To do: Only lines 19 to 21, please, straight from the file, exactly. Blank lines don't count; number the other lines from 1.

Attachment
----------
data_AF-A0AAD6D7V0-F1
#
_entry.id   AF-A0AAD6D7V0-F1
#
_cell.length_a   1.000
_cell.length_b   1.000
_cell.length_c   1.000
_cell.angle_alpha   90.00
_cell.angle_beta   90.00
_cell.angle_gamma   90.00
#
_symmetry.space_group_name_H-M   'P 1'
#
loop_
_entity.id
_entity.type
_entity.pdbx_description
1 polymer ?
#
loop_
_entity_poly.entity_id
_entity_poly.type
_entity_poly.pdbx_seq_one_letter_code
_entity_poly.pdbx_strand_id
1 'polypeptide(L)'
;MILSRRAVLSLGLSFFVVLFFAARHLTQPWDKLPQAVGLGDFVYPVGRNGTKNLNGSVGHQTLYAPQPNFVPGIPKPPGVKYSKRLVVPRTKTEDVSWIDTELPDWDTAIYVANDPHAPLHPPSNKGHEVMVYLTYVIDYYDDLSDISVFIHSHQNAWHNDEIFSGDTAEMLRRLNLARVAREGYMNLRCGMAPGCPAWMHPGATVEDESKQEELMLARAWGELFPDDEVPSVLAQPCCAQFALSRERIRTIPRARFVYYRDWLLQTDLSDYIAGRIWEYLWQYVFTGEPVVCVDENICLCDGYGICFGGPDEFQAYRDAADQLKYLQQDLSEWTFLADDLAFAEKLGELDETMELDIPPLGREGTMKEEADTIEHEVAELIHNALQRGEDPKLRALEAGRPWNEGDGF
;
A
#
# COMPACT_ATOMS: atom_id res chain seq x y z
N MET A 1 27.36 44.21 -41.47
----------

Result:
#
loop_
_entity_poly.entity_id